Reporters on the Job

• GRATEFUL FOR ARAB MOMS: In the Yemeni village of Tarim, everyone is an observant Muslim, and life is governed completely by the rules of Islam (page 1). That poses some problems for a female reporter. "Men cannot be alone with any woman other than their wives," says Monitor reporter Danna Harman. "So, I was forced to carry out interviews in packs. That is, sitting down with four to five people at a time, even if I just was talking to one of them. And the men couldn't look at me, even though I was covered from head to toe. At one point, my shawl slipped a little, and all as one they said, 'could you please cover your forearm?' It struck me as funny, because I didn't think they could even see me."

When Danna asked one of the men to give her a tour of the village, his friends went looking for his mother so there would be another woman present on the trip. "The mother arrived, took one look at my black shawl, and went to get me a different one – three times the size – to prevent any forearm exposure problems. Later, she gave it to me as a present," Danna says.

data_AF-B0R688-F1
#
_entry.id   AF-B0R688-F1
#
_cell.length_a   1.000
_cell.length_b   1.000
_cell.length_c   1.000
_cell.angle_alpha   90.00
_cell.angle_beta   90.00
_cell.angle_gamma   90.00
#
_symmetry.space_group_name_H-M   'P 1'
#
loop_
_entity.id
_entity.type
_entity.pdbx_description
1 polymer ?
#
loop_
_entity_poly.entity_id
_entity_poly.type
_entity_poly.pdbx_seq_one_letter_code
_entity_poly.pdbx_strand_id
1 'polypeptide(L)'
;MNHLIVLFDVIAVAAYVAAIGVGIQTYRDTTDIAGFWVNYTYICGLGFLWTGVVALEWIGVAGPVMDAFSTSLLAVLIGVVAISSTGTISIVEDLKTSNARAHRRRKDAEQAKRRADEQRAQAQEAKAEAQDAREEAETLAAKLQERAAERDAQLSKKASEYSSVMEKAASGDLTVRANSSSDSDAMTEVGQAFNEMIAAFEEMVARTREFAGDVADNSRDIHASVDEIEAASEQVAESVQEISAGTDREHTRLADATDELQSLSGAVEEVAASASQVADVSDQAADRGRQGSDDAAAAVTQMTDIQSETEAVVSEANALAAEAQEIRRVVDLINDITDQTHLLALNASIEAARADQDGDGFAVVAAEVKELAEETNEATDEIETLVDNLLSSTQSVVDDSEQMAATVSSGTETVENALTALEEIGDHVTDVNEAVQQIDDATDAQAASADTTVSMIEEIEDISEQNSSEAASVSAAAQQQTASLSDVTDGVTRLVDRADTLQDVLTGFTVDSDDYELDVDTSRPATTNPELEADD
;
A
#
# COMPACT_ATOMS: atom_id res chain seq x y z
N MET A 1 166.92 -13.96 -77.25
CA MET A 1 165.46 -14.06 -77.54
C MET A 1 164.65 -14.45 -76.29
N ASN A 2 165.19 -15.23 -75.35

Finally, when Danna tried to get a taxi out of town, her gender again posed a challenge. "The taxi driver did not want to be alone with a woman either! Believe it or not, we went to get his mother. She joined me for the long ride to the next village. She complimented me on my long shawl, and said she was glad to see I had come prepared."

David Clark Scott
World editor

Follow-up on a Monitor Story

• THE AUNTIES OF KIEV: The article that ran Friday April 8, "Help for Ukraine's street kids, from two US women" is still generating e-mails and phone calls from readers who want to support their efforts. Letters and tax-deductible donations can be sent to:

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